Wednesday, October 10, 2012

Farm Fresh Harvest Pasta Sauce

Just days before our trip, while I was in fact hip deep in Concord grapes, cherry tomatoes, and other fresh produce that wouldn't wait for our return, we stopped to chat with a neighbor while on a walk through the neighborhood....

This neighbor, who has a small farm, was busy that day harvesting everything she possibly could before they moved. They were being forced out, not by a giant food conglomerate, and not by the government policies that hobble small farms. No, it was the simple act of their rent being raised to the point where they could no longer afford to remain. It's a sweet little farm with a tidy little house to one side with contented cows, happy pigs, and chatty chickens wandering about. The kind of sweet little farm that could only exist because of the hard work and commitment of two conscientious and genuinely nice people.

She asked if we'd like some tomatoes
Well, we couldn't say no. Who can say no to homegrown tomatoes? We may have had a truckload of cherry tomatoes this summer, but it's a little hard to make a BLT with tomatoes the size of marbles. So we finished our walk and Hubby went back over with a bowl. What he returned with were the most glorious Roma tomatoes I'd ever seen. There were a couple of big heirloom beauties also, and an onion that left me speechless, it was so fat and healthy looking.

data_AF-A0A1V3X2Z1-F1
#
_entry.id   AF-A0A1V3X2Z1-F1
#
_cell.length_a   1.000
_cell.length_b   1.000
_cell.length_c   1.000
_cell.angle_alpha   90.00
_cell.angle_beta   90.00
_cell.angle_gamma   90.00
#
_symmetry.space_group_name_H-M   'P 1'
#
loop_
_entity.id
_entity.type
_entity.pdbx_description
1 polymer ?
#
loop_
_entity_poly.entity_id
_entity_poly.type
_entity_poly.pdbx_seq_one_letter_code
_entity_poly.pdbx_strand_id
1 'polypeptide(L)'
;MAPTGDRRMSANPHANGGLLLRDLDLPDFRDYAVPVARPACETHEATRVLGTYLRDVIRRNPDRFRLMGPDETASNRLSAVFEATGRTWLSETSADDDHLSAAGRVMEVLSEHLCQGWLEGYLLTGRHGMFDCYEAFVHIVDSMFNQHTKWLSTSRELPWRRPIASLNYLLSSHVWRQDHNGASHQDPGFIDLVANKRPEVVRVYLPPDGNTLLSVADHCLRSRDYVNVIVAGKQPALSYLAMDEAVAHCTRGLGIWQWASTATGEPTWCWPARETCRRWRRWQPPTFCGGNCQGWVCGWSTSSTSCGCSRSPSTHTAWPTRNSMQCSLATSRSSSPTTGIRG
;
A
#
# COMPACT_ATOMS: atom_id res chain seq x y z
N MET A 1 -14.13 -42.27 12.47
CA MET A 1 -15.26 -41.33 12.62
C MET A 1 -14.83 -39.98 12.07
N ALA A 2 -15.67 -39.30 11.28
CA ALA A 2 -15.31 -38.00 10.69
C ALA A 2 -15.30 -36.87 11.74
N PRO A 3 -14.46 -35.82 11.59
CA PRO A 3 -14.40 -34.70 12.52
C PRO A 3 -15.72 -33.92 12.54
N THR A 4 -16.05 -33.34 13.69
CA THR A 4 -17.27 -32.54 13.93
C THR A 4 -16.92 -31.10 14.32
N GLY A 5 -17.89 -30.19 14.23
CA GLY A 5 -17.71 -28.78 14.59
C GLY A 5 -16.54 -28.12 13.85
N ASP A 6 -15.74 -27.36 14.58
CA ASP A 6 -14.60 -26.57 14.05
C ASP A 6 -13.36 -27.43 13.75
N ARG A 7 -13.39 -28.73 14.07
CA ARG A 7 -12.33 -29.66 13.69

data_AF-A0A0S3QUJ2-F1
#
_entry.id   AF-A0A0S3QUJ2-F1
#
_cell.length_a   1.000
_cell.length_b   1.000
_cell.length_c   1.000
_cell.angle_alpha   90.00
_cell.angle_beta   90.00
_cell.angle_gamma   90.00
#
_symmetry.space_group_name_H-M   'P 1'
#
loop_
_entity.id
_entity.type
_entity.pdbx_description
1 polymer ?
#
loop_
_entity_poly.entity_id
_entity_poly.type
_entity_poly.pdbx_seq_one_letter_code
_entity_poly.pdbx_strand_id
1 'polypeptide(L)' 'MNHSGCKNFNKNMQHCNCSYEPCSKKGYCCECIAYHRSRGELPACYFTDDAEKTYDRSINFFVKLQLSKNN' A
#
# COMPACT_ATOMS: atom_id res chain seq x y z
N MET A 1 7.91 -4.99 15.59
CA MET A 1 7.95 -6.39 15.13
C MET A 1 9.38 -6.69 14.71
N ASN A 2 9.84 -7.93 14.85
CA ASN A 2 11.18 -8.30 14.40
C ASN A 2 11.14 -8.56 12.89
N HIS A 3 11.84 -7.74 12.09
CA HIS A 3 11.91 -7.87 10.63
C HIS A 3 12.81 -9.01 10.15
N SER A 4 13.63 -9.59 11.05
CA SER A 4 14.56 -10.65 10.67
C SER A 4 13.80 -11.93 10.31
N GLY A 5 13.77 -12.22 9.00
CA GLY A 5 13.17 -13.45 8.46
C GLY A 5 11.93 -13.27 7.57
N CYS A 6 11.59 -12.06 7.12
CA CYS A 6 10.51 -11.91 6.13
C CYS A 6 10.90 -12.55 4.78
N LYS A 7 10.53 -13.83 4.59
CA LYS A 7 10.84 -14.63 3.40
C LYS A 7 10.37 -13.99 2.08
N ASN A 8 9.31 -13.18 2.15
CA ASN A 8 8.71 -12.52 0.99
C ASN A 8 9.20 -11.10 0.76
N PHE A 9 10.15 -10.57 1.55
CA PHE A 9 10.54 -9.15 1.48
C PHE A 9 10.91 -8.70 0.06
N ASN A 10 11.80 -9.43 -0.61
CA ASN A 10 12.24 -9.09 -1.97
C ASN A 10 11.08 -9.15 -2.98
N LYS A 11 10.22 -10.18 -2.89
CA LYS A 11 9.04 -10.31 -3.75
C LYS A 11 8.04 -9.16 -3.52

When in Roma
But it was the Romas that I couldn't take my eyes off of. Romas, the one tomato we can't seem to grow... and suddenly there was a mixing bowl full of them on my counter just radiating health and beauty. Speaking of health and beauty, our basil plants that have been struggling along all summer have finally started to burst forth and look like they should. Perfect timing I'd say! Farm tomatoes and front yard basil... time to make an awesome pasta sauce... and can it too.

Chunky Tomato-Basil Pasta Sauce
from page 230 of The Complete Book Of Small Batch Preserving by Topp & Howard
Find the recipe and more on Just The Right Size blog

My Notes: I had exactly the amount of tomatoes that the recipe called for... exactly. Since the onion was SO large, I only used half of it (the other half got chopped up and put in the freezer). The recipe stated a yield of  8 cups, but I had 4.5 pints (9 cups) when all was said and done. I always, always, always, prep more jars than I think I'll need. Every so often, like this time, I'm glad I did.

This sauce smelled so great while it was cooking, I have no doubt that it will taste wonderful when we break it out this winter on some hot buttery noodles... yum! I can't wait! Of course you don't have to can it... you could make it and eat it the same day, but right now, I'm all about preserving the fresh harvest against the dreariness of winter to come. And yeah, winters can be dreary even without extreme weather!

Happy Canning!
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  1. Yummmmmmmm!!!! You will be sending your dear neighbors a friendly thought with each bite of this gorgeous sauce. :)

    1. Yes, exactly! Thinking of them and hoping they find the perfect "farm friendly" location.


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